This study received financial support from several sources: the Canadian Health Services Research Foundation in Ottawa, Canada; the Fonds de recherche en santé du Québec in Québec, Canada; the Quebec Ministry of Health and Social Services and the Agence d’évaluation des technologies et des modes d’intervention en santé in Montréal, Canada; and 2 of the 4 health regions under study in the Province of Québec, Canada.
Preparation for Discharge, Maternal Satisfaction, and Newborn Readmission for Jaundice: Comparing Postpartum Models of Care
Article first published online: 29 MAY 2007
2007, Blackwell Publishing, Inc.
Volume 34, Issue 2, pages 131–139, June 2007
How to Cite
Goulet, L., Fall, A., D’Amour, D. and Pineault, R. (2007), Preparation for Discharge, Maternal Satisfaction, and Newborn Readmission for Jaundice: Comparing Postpartum Models of Care. Birth, 34: 131–139. doi: 10.1111/j.1523-536X.2007.00159.x
- Issue published online: 29 MAY 2007
- Article first published online: 29 MAY 2007
- Accepted September 21, 2006
- home visit;
- neonatal jaundice;
- maternal satisfaction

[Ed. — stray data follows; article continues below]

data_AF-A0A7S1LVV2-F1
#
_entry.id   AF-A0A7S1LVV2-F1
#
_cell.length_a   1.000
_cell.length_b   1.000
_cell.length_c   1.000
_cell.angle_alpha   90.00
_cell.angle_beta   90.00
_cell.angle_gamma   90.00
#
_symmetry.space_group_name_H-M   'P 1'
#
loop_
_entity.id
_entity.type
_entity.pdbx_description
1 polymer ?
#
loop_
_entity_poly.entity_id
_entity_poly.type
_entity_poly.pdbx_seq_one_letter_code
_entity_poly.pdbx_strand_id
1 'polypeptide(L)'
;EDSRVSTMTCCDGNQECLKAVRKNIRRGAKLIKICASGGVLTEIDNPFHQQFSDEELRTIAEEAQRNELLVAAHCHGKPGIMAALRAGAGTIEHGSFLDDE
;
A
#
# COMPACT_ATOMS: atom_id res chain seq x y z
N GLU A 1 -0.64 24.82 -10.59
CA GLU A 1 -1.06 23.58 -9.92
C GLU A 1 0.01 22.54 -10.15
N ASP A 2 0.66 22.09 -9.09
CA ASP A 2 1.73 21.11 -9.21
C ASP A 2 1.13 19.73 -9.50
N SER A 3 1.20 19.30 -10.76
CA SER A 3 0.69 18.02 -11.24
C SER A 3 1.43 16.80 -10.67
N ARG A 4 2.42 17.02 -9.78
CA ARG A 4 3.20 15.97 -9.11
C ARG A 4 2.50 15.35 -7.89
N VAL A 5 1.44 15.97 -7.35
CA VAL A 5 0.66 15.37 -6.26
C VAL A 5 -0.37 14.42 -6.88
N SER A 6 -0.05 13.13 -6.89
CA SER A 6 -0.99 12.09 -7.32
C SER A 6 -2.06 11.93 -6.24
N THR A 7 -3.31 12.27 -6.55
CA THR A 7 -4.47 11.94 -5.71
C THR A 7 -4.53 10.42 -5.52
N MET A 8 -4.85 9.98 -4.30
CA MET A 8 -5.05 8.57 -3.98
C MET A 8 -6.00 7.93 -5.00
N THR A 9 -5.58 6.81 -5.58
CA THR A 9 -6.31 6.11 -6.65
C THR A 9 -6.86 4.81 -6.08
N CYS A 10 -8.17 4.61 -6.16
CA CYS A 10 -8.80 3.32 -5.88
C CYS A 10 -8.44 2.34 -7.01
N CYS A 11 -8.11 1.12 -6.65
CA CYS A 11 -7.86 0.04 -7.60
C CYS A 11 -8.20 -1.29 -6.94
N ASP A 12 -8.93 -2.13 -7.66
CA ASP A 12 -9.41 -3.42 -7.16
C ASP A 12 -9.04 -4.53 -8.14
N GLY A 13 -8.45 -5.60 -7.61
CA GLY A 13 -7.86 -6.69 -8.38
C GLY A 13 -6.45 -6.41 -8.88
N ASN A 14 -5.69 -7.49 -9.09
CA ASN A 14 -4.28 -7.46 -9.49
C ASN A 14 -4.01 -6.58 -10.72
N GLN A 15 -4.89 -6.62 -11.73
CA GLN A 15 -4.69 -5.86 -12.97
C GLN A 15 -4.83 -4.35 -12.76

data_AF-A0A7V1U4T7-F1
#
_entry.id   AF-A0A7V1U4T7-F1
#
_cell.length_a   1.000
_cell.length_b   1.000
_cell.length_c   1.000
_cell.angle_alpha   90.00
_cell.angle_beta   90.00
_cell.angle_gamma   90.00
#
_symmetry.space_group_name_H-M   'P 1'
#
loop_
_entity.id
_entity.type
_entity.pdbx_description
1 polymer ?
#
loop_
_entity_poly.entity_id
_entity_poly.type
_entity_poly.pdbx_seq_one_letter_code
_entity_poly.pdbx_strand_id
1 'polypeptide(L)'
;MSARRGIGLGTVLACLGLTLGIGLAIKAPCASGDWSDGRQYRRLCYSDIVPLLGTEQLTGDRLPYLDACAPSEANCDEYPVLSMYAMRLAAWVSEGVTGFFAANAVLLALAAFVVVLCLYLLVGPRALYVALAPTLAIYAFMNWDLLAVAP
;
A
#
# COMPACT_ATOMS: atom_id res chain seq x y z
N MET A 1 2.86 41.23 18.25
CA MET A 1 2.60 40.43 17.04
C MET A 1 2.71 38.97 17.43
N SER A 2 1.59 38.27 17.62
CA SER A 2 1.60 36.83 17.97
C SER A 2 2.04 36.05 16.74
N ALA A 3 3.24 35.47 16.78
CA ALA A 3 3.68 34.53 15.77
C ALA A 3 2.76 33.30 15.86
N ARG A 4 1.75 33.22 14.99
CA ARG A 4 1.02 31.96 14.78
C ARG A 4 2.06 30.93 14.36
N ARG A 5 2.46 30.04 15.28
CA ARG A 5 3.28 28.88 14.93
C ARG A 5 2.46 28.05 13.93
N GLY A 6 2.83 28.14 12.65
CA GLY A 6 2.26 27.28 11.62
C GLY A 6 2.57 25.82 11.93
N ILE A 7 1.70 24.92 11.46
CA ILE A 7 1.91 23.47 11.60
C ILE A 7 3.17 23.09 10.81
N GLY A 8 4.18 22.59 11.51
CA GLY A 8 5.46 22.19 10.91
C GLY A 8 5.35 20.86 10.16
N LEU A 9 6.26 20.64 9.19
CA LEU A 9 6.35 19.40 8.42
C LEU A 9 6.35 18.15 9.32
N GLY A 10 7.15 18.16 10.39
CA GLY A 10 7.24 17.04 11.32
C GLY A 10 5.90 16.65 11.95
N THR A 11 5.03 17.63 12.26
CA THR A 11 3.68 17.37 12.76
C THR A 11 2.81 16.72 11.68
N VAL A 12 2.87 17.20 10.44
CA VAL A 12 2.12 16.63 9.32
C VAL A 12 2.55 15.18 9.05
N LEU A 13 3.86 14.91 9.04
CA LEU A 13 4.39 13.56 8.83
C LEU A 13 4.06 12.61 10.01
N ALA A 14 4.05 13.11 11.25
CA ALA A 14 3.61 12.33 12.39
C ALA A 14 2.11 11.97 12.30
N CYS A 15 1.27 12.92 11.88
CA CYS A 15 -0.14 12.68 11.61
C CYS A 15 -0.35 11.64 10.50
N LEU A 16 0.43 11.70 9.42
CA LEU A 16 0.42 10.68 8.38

ABSTRACT: Background: Physiological jaundice generally appears between the third and fifth days of life. The danger of hyperbilirubinemia is therefore a major challenge when postpartum hospital stays are short, and part of the responsibility for screening for signs of jaundice is assumed by the mother. The objective of this study was to identify the model of postnatal continuity of care most likely to prepare mothers for discharge, to reduce newborn readmission for jaundice, and to enhance maternal satisfaction. Methods: An epidemiological study was conducted in regions operating under 3 different models of postnatal continuity of care. Eligible mothers were those who had spent less than 60 hours in hospital after an uncomplicated vaginal delivery. Of this group, 70.8 percent participated in telephone interviews conducted 1 month after their deliveries (n = 1,096). Newborns who had presented with signs of jaundice were identified through statements from their mothers. Results: Of the participating newborns, 45.5 percent presented with signs of jaundice, and 3.2 percent were readmitted for jaundice during the first week of life. The follow-up procedures used in regions operating under a community-based model most closely followed the recommendations of health authorities and featured a high level of mothers’ satisfaction. In the region operating under a mixed hospital model, mothers reported signs of jaundice significantly more often, and postdischarge services received by mothers were less effective at allaying their fears compared with other models. Phototherapy was offered in the home only in the region operating under a mixed ambulatory model, and no readmissions for jaundice were recorded in this region. Conclusions: An effective coordination between community-based perinatal services and hospital-linked home phototherapy in the form of an integrated network appears to be an essential condition for improved monitoring of newborns’ health since it fosters a follow-up that is focused not only on jaundice but also on mothers’ and newborns’ needs while reducing the costs generated by newborn readmissions. (BIRTH 34:2 June 2007)